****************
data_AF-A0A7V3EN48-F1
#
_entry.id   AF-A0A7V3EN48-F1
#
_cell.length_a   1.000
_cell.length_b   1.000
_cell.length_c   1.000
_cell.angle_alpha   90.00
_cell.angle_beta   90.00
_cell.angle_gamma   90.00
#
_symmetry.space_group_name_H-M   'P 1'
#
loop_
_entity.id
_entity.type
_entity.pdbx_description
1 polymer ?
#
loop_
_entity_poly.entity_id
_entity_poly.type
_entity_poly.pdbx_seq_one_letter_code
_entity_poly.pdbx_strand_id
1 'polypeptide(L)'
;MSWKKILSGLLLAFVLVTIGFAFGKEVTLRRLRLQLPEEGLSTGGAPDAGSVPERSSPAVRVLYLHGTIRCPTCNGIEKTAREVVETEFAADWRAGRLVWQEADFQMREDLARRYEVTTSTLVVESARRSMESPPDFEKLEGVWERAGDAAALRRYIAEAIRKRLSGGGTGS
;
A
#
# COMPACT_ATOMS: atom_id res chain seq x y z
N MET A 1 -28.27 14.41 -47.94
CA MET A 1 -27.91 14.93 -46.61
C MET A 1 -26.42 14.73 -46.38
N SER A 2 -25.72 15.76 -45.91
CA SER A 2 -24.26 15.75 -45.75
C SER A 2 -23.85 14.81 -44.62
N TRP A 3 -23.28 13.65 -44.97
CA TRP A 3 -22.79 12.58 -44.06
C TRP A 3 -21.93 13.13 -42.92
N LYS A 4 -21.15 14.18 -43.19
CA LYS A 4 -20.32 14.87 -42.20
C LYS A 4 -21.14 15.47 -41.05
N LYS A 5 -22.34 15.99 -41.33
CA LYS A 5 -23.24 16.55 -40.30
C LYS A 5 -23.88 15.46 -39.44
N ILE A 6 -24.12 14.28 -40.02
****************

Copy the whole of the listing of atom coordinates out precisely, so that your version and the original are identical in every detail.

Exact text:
data_AF-A0A7V3EN48-F1
#
_entry.id   AF-A0A7V3EN48-F1
#
_cell.length_a   1.000
_cell.length_b   1.000
_cell.length_c   1.000
_cell.angle_alpha   90.00
_cell.angle_beta   90.00
_cell.angle_gamma   90.00
#
_symmetry.space_group_name_H-M   'P 1'
#
loop_
_entity.id
_entity.type
_entity.pdbx_description
1 polymer ?
#
loop_
_entity_poly.entity_id
_entity_poly.type
_entity_poly.pdbx_seq_one_letter_code
_entity_poly.pdbx_strand_id
1 'polypeptide(L)'
;MSWKKILSGLLLAFVLVTIGFAFGKEVTLRRLRLQLPEEGLSTGGAPDAGSVPERSSPAVRVLYLHGTIRCPTCNGIEKTAREVVETEFAADWRAGRLVWQEADFQMREDLARRYEVTTSTLVVESARRSMESPPDFEKLEGVWERAGDAAALRRYIAEAIRKRLSGGGTGS
;
A
#
# COMPACT_ATOMS: atom_id res chain seq x y z
N MET A 1 -28.27 14.41 -47.94
CA MET A 1 -27.91 14.93 -46.61
C MET A 1 -26.42 14.73 -46.38
N SER A 2 -25.72 15.76 -45.91
CA SER A 2 -24.26 15.75 -45.75
C SER A 2 -23.85 14.81 -44.62
N TRP A 3 -23.28 13.65 -44.97
CA TRP A 3 -22.79 12.58 -44.06
C TRP A 3 -21.93 13.13 -42.92
N LYS A 4 -21.15 14.18 -43.19
CA LYS A 4 -20.32 14.87 -42.20
C LYS A 4 -21.14 15.47 -41.05
N LYS A 5 -22.34 15.99 -41.33
CA LYS A 5 -23.24 16.55 -40.30
C LYS A 5 -23.88 15.46 -39.44
N ILE A 6 -24.12 14.28 -40.02